15 January 2014

Anxiety, Panic Attacks and How To Beat Them.

After speaking to some of you on the #lbloggers chat a couple of weeks ago, I was finally inspired and encouraged to publish this post which I have wanted to for ages, but never knew if people would actually want to hear about others experiences. I know that reading other bloggers posts on anxiety helped me with mine because I know how alienated anxiety sufferers feel - you honestly think you're the only one who has this disorder and no one else understand. So, I hope this helps at least one person suffering from an anxiety and panic disorder feel more encouraged and connected.

"A panic attack is an exaggeration of the body’s normal response to fear, stress or excitement. It is the rapid build-up of overwhelming sensations, such as a pounding heartbeat, feeling faint, sweating, nausea, chest pains, breathing discomfort, feelings of losing control, shaky limbs and legs turning to jelly. If you experience this, you may fear that you are going mad, blacking out, or having a heart attack. You may be convinced you are going to die in the course of the attack – making this a terrifying experience.
Panic attacks come on very quickly, symptoms usually peaking within 10 minutes. Most panic attacks last for between 5 and 20 minutes. Some people report attacks lasting for up to an hour, but they are likely to be experiencing one attack after another, or a high level of anxiety after the initial attack. You may have one or two panic attacks and never experience another. Or you may have attacks once a month or several times each week. For some people they seem to come without warning and strike at random.
Panic attacks can also come in the night and wake you up. These nighttime attacks occur if your brain is on 'high alert' (due to anxiety) and can detect small changes in your body which it then interprets as a sign of danger. Night-time attacks may be particularly frightening, as you may feel confused and are helpless to do anything to spot them coming
Description taken from Mind.

I remember the first time I got a panic attack - I was 19 walking to the university bus stop. There was nothing at all that could cause "reasonable" panic. The first feeling was a strike of dizziness and I felt lightheaded, but I just tried to shake it off thinking maybe my body hasn't quite woken up yet (good old uni days!) but it didn't stop. I started feeling numb in my hands, arms and my legs felt like jelly. I felt sick, and my throat closed so I couldn't breathe, which was probably the most horrifying thing of all. Then came the infamous chest pains - I really thought I was having a heart attack. I was only a few minutes away from the bus stop where I was meeting my friend, so I stumbled to my destination. When I got there, I sat on the ground hyperventilating, telling my friend I was having a stroke or actually dying! Anyone who has never experienced a panic attack will think of this as overly dramatic, but I can promise you to the person experiencing it - that's the reality. I had to take off my coat and jumper and was sat in a T-shirt, shaking not from the freezing temperature as this happened just before Christmas, but from what my body was going through, when suddenly just like a switch it all stopped. I managed to get myself together, we missed the first bus but I went to uni anyway although my body was absolutely exhausted like I've done a whole day of hardcore exercise.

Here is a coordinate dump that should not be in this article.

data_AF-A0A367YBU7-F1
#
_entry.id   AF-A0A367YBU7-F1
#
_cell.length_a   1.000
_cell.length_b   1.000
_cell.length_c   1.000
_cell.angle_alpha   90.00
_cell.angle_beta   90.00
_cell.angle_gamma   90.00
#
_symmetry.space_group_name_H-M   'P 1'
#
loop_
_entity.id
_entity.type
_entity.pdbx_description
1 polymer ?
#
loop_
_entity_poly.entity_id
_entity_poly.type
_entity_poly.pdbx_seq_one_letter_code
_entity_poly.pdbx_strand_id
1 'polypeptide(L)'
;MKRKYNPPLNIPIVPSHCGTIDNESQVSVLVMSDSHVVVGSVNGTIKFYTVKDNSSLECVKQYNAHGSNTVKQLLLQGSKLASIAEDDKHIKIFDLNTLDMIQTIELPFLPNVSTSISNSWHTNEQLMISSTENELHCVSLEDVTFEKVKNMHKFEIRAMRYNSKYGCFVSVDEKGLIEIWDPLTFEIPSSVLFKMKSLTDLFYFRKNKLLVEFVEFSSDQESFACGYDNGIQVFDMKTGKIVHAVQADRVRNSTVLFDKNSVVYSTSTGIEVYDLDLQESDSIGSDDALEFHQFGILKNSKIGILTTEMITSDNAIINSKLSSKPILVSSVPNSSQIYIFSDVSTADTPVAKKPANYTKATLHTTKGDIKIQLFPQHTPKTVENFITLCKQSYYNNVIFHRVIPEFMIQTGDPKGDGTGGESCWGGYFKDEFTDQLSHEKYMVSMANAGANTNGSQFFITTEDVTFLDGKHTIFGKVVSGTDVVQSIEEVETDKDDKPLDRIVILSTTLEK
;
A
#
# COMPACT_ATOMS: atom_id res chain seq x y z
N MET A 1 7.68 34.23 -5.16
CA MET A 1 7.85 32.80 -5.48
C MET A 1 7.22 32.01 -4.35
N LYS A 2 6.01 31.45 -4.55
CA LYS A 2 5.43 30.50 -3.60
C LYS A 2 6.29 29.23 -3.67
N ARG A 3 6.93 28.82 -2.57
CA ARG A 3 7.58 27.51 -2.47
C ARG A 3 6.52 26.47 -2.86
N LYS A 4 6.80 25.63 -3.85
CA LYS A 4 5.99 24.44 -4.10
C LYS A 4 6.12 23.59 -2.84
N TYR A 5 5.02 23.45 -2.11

I spent that whole evening Googling what I felt and what it could possibly be - don't do that, because I diagnosed myself with all sorts of things which made me even more anxious. Although I was shaky, I felt fine so I dismissed it as a bug and carried on with every day life. It happened again about a week later, on the same street when I was on my way to work and got progressively worse to a point where I was experiencing a panic attack almost every day. I went to my GP back in my home town and explained to her that I think I was experiencing what I thought were panic attacks and the response I got - wait for it - "Get over it." I was so happy my mother was sat in the room with me because if I told anyone they wouldn't believe it! A source of help and trust was telling me to get over something I had no control over, and I'm not the only one who has felt like that. I know a lot of people have gone to GPs who easily dismissed them and did not bother finding a solution, thinking that all a panic attack will cause is dramatic flap of hands and "Oh I'm dying!" cries coming from the so called victims. It was very discouraging, and made me feel like a complete idiot, I already felt like I was causing a fuss over nothing because I had all these blood tests done to ensure nothing was actually physically wrong with me so I knew I was in perfectly great health.

I lived with these panic attacks for a good year, experiencing them most days, sometimes even several times a day when it was really bad. I tried to figure out what it was that was bringing on these panic attacks and put the pieces of the puzzle together in my mind. That was until I had experienced the worst panic attack to date, a night that I will never ever forget in my entire life: as most people who just came out of uni, I was pretty broke and that lead to my phone being cut off. As my way of "dealing" with anxiety was to ring my mum or my best friend and talk to them, you can imagine how terrifying this was. I lived with a boyfriend back then and that particular night he was getting ready for a night out, and I just had to find out what time he'd be back so that I kinda have something to go by in terms of when I wouldn't be alone in the flat in case I needed to call someone, or talk me out of my anxiety. The mark I got was around midnight so I was like "OK, I'm sure I can survive until midnight if anything happens." WOW was I wrong. My panic attack started at about 23:30, and as I paced around all I could think about is "It's only 30 minutes until I've got someone who can help me" - remember, I have no phone. At 00:30, I realised that my boyfriend wasn't coming back anytime soon. I sent him a Facebook message asking him to call, which he did and upon me literally begging him to come back and help me, I got a cold and hard rejection. Note in the story here: try and not rely on people for comfort when you have a panic attack, because for whatever reason they may not be around and that will send you down an ever worse spiral of panic. As I mentioned in the blurb before, most panic attacks will last from 5-20 minutes, but it is possible to have reoccurring attacks which is exactly what's happened to me that night. I paced around the room like an absolute maniac, having chest pains, hyperventilating and feeling sudden flushes of freezing and boiling temperatures until around 5am, when my body literally just gave up and I fell into the deepest sleep. If you're wondering what happened to my then boyfriend, he showed up on sunrise - thumbs up right here. During my hours of pacing, so many thoughts had crossed my mind from running out in my PJ's to find a pay phone to calling the hospital and signing myself into a psychiatric ward because being crazy is the only thing that made sense in my mind.